If you’ve gone through the last year feeling like you’re stuck or struggling to make your way through, you’re not alone. Adam Grant, a professor of psychology at the Wharton School of the University of Pennsylvania and a best-selling author, recently published an article in the New York Times about the prevalence of a new feeling many have experienced over the past year: languishing.
According to Grant, languishing is “a sense of stagnation and emptiness. It feels as if you’re muddling through your days, looking at your life through a foggy windshield. And it might be the dominant emotion of 2021.”
While it helped many of us put a name to the strange in-between state of mental well-being that we’ve been feeling for so long, the article did much more than that. It amplified the conversation about mental health into the mainstream.
During May, Mental Health Awareness Month, various organizations across the country that focus on mental health education and awareness have different themes and content. The connection between them all, however, is a singular goal to remove the stigma surrounding mental health to allow more people to seek out the help they might need.
“Tools 2 Thrive”
Mental Health America’s mission is “to promote mental health as a critical part of overall wellness, including prevention services for all; early identification and intervention for those at risk; integrated care, services, and supports for those who need them; with recovery as the goal.” Their theme this month is “Tools 2 Thrive,” which aims to provide people with practical tools they can use to improve their mental health.
Their 2021 toolkit reflects many of the needs that have arisen as a result of the COVID-19 pandemic, including how to adapt after experiencing trauma and stress, how to deal with feelings of anger, how to process big changes, and how to take time for yourself.
“You Are Not Alone”
The National Alliance on Mental Illness (NAMI) “provides advocacy, education, support and public awareness so that all individuals and families affected by mental illness can build better lives.” Their theme for Mental Health Awareness Month is “You Are Not Alone,” which also seems fitting after the isolation we’ve all experienced over the past year. Their campaign focuses on the value of connecting with others in safe ways, how to prioritize mental health, and “acknowledging that it’s okay to not be okay.”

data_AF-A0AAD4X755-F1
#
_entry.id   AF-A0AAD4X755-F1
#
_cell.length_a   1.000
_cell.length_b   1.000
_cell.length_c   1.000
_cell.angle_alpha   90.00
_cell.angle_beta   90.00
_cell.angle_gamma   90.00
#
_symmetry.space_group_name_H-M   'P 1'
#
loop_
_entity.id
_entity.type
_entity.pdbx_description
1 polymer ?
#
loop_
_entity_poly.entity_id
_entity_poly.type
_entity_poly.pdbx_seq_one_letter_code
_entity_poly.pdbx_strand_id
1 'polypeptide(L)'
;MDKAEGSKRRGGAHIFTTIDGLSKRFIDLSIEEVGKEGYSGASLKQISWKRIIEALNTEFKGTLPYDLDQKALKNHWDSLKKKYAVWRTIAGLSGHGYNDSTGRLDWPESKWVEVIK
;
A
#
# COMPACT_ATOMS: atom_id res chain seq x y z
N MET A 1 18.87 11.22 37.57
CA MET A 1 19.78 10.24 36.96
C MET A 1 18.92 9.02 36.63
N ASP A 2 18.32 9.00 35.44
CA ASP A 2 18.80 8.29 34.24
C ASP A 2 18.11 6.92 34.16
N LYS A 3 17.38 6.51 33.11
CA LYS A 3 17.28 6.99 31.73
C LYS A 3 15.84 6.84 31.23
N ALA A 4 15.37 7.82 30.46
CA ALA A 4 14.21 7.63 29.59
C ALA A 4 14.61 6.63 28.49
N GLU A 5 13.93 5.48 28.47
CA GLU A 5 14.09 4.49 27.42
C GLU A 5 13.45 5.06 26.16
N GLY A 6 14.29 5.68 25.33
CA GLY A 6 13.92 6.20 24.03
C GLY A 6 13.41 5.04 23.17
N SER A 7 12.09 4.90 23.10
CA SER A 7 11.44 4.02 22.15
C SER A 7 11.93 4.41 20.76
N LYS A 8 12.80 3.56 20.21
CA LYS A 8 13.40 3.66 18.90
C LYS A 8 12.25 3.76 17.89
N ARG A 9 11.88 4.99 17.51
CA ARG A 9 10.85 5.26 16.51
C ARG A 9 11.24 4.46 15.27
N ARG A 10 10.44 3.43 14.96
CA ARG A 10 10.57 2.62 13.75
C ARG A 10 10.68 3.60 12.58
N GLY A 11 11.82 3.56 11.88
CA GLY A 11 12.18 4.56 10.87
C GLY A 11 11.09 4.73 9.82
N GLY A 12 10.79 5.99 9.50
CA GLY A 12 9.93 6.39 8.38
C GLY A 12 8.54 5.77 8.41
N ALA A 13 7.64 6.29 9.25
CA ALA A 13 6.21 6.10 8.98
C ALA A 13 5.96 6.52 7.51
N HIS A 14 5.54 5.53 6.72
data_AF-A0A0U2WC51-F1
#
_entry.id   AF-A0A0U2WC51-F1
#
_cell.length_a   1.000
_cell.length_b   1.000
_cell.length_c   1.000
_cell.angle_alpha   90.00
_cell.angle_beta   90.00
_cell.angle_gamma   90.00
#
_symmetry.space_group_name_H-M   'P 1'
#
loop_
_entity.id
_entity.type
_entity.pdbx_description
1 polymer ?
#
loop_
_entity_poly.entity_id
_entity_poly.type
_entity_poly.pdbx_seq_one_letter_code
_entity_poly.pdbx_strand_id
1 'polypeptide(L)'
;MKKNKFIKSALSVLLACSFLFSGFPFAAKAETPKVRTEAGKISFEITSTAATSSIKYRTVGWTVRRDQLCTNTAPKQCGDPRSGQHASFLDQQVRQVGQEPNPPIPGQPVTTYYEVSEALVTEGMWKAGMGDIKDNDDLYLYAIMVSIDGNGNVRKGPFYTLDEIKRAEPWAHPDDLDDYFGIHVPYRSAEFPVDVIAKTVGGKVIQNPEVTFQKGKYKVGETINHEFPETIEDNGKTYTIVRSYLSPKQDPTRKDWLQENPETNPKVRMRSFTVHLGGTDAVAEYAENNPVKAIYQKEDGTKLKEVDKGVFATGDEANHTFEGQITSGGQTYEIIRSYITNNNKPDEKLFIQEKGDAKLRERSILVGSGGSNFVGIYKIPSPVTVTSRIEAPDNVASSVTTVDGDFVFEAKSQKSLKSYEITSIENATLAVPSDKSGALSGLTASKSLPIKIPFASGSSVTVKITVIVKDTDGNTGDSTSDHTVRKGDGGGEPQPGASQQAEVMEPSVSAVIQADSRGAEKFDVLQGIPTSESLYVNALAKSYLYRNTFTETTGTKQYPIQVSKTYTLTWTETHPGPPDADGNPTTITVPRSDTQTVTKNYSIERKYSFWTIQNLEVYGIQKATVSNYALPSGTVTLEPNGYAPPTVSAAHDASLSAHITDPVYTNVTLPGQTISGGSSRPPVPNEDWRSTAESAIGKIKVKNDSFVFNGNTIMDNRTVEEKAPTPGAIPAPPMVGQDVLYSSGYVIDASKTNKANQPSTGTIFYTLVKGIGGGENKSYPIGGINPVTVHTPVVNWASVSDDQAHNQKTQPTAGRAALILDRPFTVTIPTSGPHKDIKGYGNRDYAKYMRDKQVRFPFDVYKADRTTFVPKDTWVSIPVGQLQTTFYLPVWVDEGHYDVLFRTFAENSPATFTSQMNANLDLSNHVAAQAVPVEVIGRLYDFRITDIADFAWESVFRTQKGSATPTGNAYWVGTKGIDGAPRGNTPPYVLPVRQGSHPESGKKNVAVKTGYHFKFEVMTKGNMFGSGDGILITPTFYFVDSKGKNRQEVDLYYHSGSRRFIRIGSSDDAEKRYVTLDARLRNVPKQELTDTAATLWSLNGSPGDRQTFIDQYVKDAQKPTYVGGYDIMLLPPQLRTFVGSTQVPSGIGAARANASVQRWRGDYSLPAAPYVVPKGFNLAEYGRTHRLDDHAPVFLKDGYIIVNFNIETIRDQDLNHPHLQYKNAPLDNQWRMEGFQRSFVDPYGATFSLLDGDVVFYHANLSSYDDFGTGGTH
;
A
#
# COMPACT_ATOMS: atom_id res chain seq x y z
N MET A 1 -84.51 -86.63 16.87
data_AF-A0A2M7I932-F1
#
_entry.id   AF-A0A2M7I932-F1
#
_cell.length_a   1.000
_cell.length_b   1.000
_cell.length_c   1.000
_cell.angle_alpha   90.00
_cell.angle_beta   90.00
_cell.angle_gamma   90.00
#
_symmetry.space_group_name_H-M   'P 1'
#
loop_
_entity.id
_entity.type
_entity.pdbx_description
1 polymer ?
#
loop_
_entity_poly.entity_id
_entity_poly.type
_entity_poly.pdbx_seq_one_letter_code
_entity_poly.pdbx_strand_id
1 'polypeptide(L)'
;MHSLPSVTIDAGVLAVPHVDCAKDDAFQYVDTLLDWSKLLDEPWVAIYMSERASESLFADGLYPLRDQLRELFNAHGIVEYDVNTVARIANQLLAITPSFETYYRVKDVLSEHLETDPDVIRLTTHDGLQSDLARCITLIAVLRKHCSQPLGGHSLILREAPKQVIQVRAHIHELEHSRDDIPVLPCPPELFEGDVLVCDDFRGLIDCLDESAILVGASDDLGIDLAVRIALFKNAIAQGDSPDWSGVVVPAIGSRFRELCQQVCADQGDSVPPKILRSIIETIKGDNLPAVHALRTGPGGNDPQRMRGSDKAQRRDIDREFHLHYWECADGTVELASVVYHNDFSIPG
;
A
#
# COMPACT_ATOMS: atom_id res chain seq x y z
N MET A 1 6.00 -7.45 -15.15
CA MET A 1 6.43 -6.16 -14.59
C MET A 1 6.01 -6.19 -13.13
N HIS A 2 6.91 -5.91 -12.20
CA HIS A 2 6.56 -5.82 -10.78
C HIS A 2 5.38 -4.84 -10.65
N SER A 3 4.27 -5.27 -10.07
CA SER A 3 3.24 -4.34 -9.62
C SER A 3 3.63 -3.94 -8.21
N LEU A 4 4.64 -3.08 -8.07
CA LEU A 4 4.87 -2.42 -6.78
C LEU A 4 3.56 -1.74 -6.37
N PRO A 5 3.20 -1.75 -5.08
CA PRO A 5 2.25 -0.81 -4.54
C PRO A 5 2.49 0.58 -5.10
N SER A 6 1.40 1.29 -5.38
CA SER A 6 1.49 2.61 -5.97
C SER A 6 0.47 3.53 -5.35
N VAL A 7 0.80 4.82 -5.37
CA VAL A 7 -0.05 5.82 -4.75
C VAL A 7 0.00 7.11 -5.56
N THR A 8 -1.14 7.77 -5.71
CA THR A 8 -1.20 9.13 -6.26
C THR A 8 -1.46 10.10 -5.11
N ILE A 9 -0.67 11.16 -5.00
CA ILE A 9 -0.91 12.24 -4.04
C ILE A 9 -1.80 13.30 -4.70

Throughout May, NAMI is running a social media campaign that encourages people to share what makes them feel #NotAlone. On May 22, they will be hosting virtual walks across the country to help bring more awareness to mental health.
“Be Kind to Your Mind”
The American Counseling Association (ACA)’s goal is to “promote the professional development of counselors, advocate for the profession, and ensure ethical, culturally-inclusive practices that protect those using counseling services.” They are using Mental Health Awareness Month as a means to encourage people to #BeKindtoYourMind.
The ACA believes that counseling can help people work through mental health challenges, so their #BeKindtoYourMind campaign aims to promote the benefit of seeking counseling when your mental health becomes overwhelming. A professional counselor can help you manage work-related stress, recover from trauma, develop a mindfulness practice, and even understand the connection between “food and mood.”
Don’t Hesitate to Get Help
Adults have reported feeling more anxious, stressed or depressed as a result of the pandemic. Even if you’re not experiencing these feelings and just languishing, there are a variety of benefits to talking about what you are feeling with others. Let this month serve as a reminder that you are not alone and someone is available to help you if you simply ask for it. If you have an aging loved one who seems to be languishing, a professional caregiver from Right at Home can provide companionship and alert you to any changes in their mental and physical health.